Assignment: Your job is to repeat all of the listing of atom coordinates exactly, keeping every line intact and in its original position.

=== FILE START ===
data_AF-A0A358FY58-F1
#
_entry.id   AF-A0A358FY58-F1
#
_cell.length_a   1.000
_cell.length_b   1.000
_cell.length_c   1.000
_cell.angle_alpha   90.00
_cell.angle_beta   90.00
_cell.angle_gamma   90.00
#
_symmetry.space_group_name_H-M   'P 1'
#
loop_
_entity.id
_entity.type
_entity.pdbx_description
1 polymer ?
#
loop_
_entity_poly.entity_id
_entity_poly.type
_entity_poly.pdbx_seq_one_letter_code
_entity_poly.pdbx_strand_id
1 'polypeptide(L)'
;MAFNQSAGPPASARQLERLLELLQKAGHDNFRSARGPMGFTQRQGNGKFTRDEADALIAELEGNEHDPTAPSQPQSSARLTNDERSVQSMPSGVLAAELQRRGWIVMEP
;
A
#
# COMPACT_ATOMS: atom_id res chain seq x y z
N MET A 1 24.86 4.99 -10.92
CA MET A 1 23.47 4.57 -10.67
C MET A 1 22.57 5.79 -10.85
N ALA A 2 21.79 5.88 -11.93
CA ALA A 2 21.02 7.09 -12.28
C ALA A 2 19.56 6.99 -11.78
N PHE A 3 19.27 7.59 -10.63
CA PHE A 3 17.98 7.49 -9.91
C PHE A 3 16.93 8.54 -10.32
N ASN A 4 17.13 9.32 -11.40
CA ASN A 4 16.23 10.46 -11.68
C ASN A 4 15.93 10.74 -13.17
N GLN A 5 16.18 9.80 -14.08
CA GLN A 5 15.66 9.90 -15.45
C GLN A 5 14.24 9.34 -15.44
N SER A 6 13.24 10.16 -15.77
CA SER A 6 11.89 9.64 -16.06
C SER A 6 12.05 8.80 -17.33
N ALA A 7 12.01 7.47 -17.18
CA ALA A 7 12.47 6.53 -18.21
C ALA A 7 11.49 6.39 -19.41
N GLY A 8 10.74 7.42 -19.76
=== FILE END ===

data_AF-A0A358FY58-F1
#
_entry.id   AF-A0A358FY58-F1
#
_cell.length_a   1.000
_cell.length_b   1.000
_cell.length_c   1.000
_cell.angle_alpha   90.00
_cell.angle_beta   90.00
_cell.angle_gamma   90.00
#
_symmetry.space_group_name_H-M   'P 1'
#
loop_
_entity.id
_entity.type
_entity.pdbx_description
1 polymer ?
#
loop_
_entity_poly.entity_id
_entity_poly.type
_entity_poly.pdbx_seq_one_letter_code
_entity_poly.pdbx_strand_id
1 'polypeptide(L)'
;MAFNQSAGPPASARQLERLLELLQKAGHDNFRSARGPMGFTQRQGNGKFTRDEADALIAELEGNEHDPTAPSQPQSSARLTNDERSVQSMPSGVLAAELQRRGWIVMEP
;
A
#
# COMPACT_ATOMS: atom_id res chain seq x y z
N MET A 1 24.86 4.99 -10.92
CA MET A 1 23.47 4.57 -10.67
C MET A 1 22.57 5.79 -10.85
N ALA A 2 21.79 5.88 -11.93
CA ALA A 2 21.02 7.09 -12.28
C ALA A 2 19.56 6.99 -11.78
N PHE A 3 19.27 7.59 -10.63
CA PHE A 3 17.98 7.49 -9.91
C PHE A 3 16.93 8.54 -10.32
N ASN A 4 17.13 9.32 -11.40
CA ASN A 4 16.23 10.46 -11.68
C ASN A 4 15.93 10.74 -13.17
N GLN A 5 16.18 9.80 -14.08
CA GLN A 5 15.66 9.90 -15.45
C GLN A 5 14.24 9.34 -15.44
N SER A 6 13.24 10.16 -15.77
CA SER A 6 11.89 9.64 -16.06
C SER A 6 12.05 8.80 -17.33
N ALA A 7 12.01 7.47 -17.18
CA ALA A 7 12.47 6.53 -18.21
C ALA A 7 11.49 6.39 -19.41
N GLY A 8 10.74 7.42 -19.76